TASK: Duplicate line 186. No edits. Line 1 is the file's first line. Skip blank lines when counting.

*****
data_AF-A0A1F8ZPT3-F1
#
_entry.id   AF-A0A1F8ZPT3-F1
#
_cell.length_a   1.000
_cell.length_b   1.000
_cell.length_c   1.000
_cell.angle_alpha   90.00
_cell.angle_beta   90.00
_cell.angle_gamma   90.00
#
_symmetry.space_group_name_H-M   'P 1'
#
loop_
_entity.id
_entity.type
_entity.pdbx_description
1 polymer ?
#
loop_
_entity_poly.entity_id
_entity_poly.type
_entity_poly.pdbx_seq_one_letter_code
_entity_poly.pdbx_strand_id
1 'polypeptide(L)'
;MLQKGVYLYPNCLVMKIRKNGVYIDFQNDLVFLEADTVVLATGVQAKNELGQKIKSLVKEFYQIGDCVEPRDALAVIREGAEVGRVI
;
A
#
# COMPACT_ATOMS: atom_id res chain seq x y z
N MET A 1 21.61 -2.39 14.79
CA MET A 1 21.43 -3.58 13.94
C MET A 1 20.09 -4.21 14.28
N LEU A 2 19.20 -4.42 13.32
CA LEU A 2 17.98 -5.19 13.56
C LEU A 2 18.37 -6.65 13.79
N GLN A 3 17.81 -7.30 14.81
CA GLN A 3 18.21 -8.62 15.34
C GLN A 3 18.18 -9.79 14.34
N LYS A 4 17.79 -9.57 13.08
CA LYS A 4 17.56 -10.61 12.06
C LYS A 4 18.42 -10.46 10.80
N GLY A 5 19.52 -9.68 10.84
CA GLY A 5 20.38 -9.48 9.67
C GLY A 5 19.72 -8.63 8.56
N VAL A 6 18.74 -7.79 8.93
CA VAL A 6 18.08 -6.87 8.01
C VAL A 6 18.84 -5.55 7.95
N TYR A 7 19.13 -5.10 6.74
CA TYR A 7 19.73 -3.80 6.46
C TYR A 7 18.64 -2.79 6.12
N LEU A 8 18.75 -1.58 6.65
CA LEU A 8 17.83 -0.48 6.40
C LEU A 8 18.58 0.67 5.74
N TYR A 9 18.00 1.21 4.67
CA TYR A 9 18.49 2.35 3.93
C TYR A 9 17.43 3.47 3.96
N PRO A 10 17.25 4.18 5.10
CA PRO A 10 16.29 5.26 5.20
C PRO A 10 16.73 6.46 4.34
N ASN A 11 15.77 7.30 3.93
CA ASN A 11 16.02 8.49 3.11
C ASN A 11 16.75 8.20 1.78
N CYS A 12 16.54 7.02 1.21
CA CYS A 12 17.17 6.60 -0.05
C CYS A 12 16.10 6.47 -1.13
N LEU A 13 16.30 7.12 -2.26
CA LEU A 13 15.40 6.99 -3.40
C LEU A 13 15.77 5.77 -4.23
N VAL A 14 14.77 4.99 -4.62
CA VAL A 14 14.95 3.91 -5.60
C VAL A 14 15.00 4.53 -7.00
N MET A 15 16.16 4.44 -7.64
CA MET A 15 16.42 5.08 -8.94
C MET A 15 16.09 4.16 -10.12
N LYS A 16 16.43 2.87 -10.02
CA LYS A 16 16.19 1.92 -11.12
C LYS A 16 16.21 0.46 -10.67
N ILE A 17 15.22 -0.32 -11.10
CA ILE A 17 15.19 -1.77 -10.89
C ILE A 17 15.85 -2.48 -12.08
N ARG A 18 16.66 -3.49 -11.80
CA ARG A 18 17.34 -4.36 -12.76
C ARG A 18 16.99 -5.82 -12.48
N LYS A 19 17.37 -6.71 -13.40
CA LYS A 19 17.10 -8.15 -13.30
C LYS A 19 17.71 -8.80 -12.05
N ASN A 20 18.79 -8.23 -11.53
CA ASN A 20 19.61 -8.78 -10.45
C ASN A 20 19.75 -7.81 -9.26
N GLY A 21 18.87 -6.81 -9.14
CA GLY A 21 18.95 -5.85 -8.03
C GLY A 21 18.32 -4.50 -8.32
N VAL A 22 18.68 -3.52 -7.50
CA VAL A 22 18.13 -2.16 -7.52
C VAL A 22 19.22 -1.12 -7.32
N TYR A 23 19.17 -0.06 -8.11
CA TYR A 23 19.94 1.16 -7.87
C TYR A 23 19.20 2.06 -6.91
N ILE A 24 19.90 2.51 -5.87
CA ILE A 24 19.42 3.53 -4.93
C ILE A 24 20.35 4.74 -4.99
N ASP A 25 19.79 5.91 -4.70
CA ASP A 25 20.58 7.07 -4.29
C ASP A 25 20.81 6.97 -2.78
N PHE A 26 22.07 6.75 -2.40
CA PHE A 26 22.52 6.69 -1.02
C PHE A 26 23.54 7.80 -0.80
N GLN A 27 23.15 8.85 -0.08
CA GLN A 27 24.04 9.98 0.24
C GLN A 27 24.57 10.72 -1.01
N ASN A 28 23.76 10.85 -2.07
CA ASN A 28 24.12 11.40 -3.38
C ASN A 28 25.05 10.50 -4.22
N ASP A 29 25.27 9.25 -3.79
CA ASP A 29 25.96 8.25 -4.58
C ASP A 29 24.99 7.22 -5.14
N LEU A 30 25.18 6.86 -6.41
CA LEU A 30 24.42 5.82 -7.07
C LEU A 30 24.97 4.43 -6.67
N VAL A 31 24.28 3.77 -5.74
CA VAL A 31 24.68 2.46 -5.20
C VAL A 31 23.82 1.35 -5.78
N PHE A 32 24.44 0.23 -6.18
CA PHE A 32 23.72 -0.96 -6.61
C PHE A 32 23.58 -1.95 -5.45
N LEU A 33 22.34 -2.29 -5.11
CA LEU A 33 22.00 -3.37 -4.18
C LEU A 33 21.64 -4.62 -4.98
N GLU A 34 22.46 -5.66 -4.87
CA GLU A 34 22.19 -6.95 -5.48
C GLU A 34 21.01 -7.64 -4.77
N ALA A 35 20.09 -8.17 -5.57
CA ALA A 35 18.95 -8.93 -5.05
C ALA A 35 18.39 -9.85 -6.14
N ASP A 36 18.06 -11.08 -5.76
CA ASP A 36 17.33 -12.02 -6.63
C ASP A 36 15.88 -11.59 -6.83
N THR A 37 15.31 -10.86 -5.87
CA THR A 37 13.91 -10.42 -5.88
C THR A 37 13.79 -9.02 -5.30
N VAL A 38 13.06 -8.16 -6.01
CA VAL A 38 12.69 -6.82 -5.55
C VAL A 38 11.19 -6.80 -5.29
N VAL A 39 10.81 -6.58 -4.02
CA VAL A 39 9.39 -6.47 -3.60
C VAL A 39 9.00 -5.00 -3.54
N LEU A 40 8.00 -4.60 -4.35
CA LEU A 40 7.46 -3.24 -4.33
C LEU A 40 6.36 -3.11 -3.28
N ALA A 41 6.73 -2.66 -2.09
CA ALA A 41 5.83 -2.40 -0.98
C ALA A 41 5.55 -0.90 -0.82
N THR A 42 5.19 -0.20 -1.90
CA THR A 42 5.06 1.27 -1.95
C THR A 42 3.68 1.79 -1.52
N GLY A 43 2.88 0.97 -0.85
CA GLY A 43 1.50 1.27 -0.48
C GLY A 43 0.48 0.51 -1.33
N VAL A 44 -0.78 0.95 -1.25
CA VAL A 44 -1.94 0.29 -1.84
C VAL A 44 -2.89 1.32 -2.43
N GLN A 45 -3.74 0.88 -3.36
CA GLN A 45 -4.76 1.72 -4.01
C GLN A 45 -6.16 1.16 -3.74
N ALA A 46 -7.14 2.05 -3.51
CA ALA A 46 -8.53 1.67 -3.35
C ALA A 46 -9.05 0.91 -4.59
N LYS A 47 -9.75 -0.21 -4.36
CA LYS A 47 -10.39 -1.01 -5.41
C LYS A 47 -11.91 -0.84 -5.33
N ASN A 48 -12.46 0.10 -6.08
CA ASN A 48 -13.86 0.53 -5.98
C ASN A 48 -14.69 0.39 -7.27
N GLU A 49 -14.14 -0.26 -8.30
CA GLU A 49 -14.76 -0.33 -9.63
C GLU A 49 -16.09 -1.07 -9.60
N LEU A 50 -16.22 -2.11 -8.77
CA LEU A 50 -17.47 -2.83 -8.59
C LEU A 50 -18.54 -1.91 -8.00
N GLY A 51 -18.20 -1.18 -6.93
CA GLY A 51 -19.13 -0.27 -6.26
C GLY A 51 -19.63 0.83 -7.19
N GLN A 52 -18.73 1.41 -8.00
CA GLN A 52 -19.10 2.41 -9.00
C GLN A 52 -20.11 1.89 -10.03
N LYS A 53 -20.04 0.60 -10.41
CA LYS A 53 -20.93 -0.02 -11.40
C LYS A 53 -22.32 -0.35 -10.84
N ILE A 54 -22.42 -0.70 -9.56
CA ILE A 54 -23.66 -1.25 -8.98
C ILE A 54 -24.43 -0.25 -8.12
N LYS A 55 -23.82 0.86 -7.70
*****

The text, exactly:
C GLN A 52 -20.11 1.89 -10.03